The Rotunda kicked off its new weekly farmer’s market yesterday, to the delight of neighbors in nearby Hampden and Roland Park.
Tag: farmers markets
Admittedly, we’ve spent the last few weeks focusing on all things related to the spring holidays. Easter and Passover coincide this year, so it seems like everyone’s atwitter with plans for gathering, visiting, and feasting with friends and loved ones this weekend. And we’re fully behind that. But if neither Easter nor Passover is really a thing for you, there is a certain way in which you’re at an advantage. Because this weekend, you can head down, unfettered, to the JFX farmers’ market and get your fill of incredible food from Blacksauce Kitchen. And there probably won’t even be a line.
We’ve just gone ahead and curved the results of the American College of Sports and Medicine’s “American fitness index.” Even with a generous 21.8 points added (because Minneapolis-St. Paul, the fittest city in the country, scored just 78.2 out of 100 possible points), Baltimore scores an underwhelming 81.3, or a B-minus. The upside? We’re much, much healthier than Detroit!
Garrison Keillor (whom we consider a trustworthy source on most things) once quipped that , “sex is good, but not as good as fresh, sweet corn.” We’re not sure exactly where we come down on that one, but certainly there are times when it’s a tight race. And now that the ground has thawed and things are beginning to bloom, you may want to consider reserving your weekly allotment of fresh, sweet everything from one of the many local farms that offer season-long Community Supported Agriculture shares, or “CSAs.” If you live in Baltimore, there are plenty of options for joining a CSA, including One Straw Farm—providing sustainable produce with a responsible ecological footprint, and whose booth at the farmer’s market is always packed with interesting varieties and tons of shoppers. Other options include the Real Food Farm, and 5 Seeds Farm & Apiary.
Potential disaster alert: It’s Tuesday in Baltimore and you’ve run out of kale. Lucky for you, there’s no need to wait until the weekend to re-stock your kitchen with produce from local farms. Baltimore has an abundance of farmer’s markets in all parts of the city, on all days of the week. Our roundup of a week’s worth of fresh produce is below. Got a favorite we didn’t mention? Let us know in the comments.
Just when you thought you knew everything about the local food movement, a locally produced documentary, “The Maryland Harvest,” brings more to light. Produced by internationally recognized, Baltimore-based, Houpla, Inc., a colorful and tantalizing one-hour documentary previewed Friday night to a standing-room only audience at uber-local venue, The Woman’s Club of Roland Park.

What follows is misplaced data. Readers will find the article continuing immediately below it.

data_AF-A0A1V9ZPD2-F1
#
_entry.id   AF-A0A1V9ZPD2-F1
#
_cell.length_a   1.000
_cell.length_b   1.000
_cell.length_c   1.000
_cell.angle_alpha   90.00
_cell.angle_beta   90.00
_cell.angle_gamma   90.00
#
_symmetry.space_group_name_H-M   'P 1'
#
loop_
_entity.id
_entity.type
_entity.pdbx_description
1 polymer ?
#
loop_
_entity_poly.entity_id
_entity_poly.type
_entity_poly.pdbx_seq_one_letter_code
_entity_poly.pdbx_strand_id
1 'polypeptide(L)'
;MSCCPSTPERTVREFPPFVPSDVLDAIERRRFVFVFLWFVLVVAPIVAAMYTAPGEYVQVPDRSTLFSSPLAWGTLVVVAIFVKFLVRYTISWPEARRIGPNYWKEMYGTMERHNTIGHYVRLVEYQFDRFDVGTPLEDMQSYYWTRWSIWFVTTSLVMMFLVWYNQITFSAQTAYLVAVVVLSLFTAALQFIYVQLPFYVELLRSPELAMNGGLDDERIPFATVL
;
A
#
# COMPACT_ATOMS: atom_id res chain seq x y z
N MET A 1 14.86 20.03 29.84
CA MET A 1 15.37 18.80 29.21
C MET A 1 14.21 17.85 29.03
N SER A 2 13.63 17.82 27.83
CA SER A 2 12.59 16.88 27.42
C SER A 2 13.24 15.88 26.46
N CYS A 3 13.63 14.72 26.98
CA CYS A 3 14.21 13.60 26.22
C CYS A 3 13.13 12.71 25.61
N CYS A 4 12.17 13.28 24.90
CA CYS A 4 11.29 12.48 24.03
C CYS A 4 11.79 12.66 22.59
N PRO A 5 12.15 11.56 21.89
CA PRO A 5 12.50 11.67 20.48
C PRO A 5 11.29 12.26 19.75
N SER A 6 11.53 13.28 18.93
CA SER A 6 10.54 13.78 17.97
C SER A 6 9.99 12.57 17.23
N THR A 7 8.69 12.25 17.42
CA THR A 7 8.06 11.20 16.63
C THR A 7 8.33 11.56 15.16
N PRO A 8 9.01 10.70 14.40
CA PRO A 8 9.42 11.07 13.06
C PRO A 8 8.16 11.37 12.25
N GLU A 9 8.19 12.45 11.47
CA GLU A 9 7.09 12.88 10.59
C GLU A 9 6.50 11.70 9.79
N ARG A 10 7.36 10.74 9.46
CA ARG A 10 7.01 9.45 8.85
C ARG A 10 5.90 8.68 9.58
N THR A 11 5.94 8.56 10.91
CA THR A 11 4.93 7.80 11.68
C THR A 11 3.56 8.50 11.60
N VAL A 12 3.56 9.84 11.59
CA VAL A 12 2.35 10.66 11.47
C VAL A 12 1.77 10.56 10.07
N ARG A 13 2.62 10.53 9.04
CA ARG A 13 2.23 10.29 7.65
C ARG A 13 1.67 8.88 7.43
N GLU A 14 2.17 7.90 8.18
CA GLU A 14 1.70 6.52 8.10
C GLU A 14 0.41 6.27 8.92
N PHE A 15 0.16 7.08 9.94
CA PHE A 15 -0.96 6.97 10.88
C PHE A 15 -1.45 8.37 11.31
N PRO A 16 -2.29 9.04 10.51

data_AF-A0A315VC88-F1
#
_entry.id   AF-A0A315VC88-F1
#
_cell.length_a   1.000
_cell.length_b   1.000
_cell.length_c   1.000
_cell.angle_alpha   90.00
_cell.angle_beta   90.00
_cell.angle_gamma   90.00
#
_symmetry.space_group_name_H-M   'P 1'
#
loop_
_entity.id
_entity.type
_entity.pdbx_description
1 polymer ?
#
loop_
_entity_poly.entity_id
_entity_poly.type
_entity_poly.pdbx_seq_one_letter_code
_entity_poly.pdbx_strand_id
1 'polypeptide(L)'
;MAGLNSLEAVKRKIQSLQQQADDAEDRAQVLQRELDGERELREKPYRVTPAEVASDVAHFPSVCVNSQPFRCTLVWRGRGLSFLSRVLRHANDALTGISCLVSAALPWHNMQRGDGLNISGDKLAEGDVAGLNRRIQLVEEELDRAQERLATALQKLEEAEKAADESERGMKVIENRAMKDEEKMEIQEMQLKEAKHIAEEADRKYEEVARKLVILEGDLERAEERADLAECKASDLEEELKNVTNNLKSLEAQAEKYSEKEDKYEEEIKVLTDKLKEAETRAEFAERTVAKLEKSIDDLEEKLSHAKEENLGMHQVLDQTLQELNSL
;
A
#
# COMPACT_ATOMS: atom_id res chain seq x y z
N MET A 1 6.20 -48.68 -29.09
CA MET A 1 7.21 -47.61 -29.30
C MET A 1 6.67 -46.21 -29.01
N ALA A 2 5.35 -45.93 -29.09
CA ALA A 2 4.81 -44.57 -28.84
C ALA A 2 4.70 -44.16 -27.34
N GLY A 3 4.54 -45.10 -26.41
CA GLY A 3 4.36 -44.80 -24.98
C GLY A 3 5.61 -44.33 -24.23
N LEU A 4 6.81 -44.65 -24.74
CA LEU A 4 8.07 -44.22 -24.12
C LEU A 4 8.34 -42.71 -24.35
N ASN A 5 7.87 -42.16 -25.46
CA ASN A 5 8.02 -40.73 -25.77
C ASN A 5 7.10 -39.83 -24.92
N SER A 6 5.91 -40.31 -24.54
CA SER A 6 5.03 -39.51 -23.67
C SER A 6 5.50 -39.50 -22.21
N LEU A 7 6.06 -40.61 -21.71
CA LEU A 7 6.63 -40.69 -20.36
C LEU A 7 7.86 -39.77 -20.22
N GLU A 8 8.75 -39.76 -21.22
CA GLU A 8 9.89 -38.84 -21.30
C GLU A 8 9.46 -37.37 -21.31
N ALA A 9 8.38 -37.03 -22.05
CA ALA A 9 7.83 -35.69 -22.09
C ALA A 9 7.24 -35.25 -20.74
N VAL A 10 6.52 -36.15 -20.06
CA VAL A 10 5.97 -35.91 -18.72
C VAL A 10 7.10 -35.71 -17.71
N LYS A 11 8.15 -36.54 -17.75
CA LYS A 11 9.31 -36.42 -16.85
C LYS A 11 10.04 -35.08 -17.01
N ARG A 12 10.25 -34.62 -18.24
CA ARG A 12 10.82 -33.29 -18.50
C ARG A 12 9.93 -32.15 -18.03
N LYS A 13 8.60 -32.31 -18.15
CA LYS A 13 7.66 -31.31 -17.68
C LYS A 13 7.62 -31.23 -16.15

Scheduled for broadcast Tuesday, April 17 at 9 p.m. on MPT, the program shows the intimate, working relationship and mouth-watering creations jointly produced by Maryland farmers and top Maryland chefs, including Baltimore’s Cindy Wolf, Spike Gjerde, John Shields and Nancy Longo. Chefs work with crops that farmers already grow and suggest others. Farmers in turn bring new ideas to the chefs, in an ongoing creative process of reinventing Maryland cuisine. According to the program, Maryland cuisine is considered among the top five in the U.S. Who knew?
Shown Friday night was the spring segment, where ingredients like freshly cut asparagus, grown by Tom Godfrey of Godfrey’s Farm in Queen Anne’s County, and English peas, grown by neighboring Tom’s Farm, are turned into an artistic English pea risotto with asparagus sauce by Cindy Wolf.
Along with producer/director duo Brooke McDonald and husband Michael Brassert, on hand for the preview was co-producer/director and host, food and wine expert Al Spoler as well as Spike Gjerde of Woodberry Kitchen and radio-host-turned-farmer Steve Rouse. (Remember him from “Rouse & Company?”) Using organic practices at his Rousedale Farms, Rouse says demand for local crops is strong. With 200 chickens, he sells 300 dozen eggs per month, in addition to seasonal vegetables like flavorful heirloom tomatoes. “If we had 50 acres, I could sell everything,” he said.
Spike and his hardworking Woodberry staff are shown in the program preparing and freezing fresh rhubarb pickle for winter use. They pickle, preserve and can locally grown fruit and vegetables. “Can we feed ourselves?” asks Spike. “That is the question.”
With news that Spike is expanding his operation to include both a café and a take-out shop, it’s clear that Baltimore locovores are on the rise. A survey taken after the segment previewed Friday also showed an audience more interested in the local food movement.
Hungrier too, judging from the stampede upstairs to the food tables where attorney-musician Paul Snyder added jazzy flavor to a tasty Friday evening.